More on "gossip," damned lies, and statistical information

HOMER: But I'm just one man. What can I do?
LISA: You can destroy that evil plant!
HOMER: But what can I do as an individual?

Last week, I wrote a bit about research into the affect of "gossip" in decision-making. By putting people in a situation where they played an economic game with a series of different opponents, the research found that people sometimes behaved as if short pieces of "gossip" about other players determined their decision-making much more than information about those players' past game play. In other words, a short opinion about another player from a third party was more influential than a long list of the other player's actual game history.

I wrote that it was likely a matter of priming:

The relevant point here is that the positive and negative "gossip" terms carry vastly less information than the statistics. And that's what makes them valuable. The choice before a given player is binary -- should you give your partner 1.25 or not? This choice is made vastly easier by the supply of a single bit of information -- is he a jerk, or not? You may be able to derive this information from the statistics, and if you trust someone else, you may make the wrong decision. But it's not hard to see that this experimental setup primes the players to seek a binary information source, the cost of a "wrong" judgment is pretty low, and there is no benefit in giving "wrong" advice.

Well, there's another context in which this kind of priming is important -- and it shows the same story from the opposite side. Razib points me to a paper about priming and charity-giving. In the paper, the authors -- Deborah Small and colleagues -- discover that donors respond poorly to statistical information. The abstract sums it up:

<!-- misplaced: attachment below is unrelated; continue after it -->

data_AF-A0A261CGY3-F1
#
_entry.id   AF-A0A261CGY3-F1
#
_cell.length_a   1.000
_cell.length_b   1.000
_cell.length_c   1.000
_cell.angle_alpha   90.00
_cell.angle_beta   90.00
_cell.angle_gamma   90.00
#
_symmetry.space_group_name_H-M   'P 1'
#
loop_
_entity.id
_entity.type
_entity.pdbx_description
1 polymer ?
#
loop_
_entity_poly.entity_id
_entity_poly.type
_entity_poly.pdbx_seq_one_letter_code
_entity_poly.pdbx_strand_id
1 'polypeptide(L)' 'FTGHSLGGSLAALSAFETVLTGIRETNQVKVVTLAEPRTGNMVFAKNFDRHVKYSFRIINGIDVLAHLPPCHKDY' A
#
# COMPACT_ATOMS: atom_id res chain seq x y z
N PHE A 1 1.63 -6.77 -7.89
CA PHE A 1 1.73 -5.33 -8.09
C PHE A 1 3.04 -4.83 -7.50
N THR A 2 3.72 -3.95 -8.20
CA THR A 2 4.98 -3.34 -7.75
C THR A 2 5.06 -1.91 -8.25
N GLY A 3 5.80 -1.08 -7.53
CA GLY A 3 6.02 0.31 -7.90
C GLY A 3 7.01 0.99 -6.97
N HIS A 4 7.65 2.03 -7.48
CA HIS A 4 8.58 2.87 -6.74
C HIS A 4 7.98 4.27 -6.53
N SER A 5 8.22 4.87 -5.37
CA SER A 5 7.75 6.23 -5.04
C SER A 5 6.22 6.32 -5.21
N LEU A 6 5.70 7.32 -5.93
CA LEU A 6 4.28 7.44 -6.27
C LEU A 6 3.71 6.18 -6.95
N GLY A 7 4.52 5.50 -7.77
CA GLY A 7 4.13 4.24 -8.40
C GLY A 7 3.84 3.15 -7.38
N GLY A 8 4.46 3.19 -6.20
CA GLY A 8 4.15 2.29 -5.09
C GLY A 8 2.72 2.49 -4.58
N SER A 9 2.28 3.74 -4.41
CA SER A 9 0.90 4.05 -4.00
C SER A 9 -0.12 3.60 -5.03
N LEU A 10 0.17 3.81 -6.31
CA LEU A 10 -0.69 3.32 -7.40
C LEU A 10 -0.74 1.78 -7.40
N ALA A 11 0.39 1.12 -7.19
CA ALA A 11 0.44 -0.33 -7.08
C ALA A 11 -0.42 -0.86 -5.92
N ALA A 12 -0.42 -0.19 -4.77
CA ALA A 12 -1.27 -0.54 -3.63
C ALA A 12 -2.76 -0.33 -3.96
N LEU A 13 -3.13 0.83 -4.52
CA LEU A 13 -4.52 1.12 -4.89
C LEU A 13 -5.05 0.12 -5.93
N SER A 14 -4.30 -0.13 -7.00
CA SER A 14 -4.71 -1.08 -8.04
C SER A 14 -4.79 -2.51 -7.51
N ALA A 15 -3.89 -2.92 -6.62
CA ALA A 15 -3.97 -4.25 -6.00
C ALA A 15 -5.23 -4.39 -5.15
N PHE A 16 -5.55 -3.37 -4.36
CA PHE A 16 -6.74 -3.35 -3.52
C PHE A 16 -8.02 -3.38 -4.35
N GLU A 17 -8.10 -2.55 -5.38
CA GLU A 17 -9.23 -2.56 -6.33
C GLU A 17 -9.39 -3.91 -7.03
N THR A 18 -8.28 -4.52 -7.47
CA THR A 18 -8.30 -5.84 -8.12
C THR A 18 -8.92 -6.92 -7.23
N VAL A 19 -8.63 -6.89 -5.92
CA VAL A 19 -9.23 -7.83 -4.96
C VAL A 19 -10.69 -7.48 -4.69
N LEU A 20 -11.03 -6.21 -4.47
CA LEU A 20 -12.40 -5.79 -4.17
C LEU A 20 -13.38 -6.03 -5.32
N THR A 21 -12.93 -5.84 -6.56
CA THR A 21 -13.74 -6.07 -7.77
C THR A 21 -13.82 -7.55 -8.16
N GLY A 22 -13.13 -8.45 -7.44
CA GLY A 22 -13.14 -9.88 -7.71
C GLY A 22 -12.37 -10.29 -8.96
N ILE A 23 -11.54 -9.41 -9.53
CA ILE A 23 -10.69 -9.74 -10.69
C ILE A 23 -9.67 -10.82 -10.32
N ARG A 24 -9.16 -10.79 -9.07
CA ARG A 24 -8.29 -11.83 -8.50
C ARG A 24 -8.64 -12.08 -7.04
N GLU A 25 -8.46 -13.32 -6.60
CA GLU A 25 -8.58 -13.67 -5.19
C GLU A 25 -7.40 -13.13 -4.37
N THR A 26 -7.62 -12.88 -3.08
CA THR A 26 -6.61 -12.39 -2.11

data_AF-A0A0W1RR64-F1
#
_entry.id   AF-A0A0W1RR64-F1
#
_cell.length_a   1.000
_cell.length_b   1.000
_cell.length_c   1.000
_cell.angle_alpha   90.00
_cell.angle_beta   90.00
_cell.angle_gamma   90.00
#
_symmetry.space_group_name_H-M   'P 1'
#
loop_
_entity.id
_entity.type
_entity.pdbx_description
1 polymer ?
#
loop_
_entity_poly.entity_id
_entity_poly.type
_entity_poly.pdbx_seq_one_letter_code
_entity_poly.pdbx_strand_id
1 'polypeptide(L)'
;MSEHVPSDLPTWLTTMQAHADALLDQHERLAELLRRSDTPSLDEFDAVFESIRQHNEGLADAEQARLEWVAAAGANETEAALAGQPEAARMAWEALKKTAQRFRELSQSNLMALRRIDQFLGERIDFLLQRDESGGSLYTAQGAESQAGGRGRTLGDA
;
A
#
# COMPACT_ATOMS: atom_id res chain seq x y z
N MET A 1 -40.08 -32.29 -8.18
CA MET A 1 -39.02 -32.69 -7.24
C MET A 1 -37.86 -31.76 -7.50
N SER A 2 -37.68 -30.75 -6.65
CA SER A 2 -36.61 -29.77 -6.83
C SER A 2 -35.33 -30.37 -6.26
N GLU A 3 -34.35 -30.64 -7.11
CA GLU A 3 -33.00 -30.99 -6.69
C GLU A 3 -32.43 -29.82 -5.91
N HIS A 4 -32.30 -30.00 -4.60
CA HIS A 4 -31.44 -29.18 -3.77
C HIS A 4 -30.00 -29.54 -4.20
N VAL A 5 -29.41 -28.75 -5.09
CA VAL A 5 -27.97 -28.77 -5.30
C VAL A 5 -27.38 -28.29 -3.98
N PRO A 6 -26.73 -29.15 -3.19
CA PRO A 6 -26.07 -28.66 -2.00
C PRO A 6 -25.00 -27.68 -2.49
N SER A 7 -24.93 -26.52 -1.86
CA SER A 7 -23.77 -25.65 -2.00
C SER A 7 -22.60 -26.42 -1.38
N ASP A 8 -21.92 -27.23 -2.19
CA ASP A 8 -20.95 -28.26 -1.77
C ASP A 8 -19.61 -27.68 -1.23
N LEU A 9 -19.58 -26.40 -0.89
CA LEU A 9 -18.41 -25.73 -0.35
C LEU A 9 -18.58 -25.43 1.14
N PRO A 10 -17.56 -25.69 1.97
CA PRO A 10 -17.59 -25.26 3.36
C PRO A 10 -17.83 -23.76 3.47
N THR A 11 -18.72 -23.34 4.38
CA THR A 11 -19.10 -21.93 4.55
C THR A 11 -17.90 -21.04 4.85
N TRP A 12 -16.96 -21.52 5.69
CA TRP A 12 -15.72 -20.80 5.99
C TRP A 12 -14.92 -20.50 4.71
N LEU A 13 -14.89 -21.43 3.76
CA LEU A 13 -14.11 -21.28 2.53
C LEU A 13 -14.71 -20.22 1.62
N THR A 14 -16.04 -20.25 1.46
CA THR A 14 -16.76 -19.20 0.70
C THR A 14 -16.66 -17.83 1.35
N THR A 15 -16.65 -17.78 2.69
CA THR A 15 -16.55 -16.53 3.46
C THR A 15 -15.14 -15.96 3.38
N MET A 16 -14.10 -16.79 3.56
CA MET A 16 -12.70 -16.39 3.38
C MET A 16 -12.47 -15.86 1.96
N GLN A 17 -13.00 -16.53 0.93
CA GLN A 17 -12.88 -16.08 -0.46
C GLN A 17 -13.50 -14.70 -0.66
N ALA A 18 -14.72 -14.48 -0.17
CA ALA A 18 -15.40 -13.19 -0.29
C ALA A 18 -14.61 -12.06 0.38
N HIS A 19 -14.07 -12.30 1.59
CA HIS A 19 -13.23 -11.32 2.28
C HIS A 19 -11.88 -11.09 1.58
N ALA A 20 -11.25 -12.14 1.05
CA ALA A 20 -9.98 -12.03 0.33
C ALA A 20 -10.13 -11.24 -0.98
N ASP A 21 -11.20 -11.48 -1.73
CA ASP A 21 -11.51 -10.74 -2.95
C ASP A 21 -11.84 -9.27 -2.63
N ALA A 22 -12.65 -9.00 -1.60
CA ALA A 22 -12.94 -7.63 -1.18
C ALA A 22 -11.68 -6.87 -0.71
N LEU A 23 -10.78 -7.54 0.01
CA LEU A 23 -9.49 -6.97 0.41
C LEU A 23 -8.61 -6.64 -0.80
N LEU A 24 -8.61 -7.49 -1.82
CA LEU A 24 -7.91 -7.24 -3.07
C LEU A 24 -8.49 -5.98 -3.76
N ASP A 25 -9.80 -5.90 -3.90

When donating to charitable causes, people do not value lives consistently. Money is often concentrated on a single victim even though more people would be helped, if resources were dispersed or spent protecting future victims. We examine the impact of deliberating about donation decisions on generosity. In a series of field experiments, we show that teaching or priming people to recognize the discrepancy in giving toward identifiable and statistical victims has perverse effects: individuals give less to identifiable victims but do not increase giving to statistical victims, resulting in an overall reduction in caring and giving. Thus, it appears that, when thinking deliberatively, people discount sympathy towards identifiable victims but fail to generate sympathy toward statistical victims.

In this experiment, the potential "donor" was either told a "Save the Children"-type story about a hungry child in Malawi, or she was told a set of statistics about the health toll of food shortages across Africa. The experimenters were interested in the extent to which personifying a crisis increased giving (the "poster child effect").

But what they discovered was surprising -- personifying a problem may increase giving, but giving statistical information depresses charitable giving, even when the problem is personified by a story about a victim: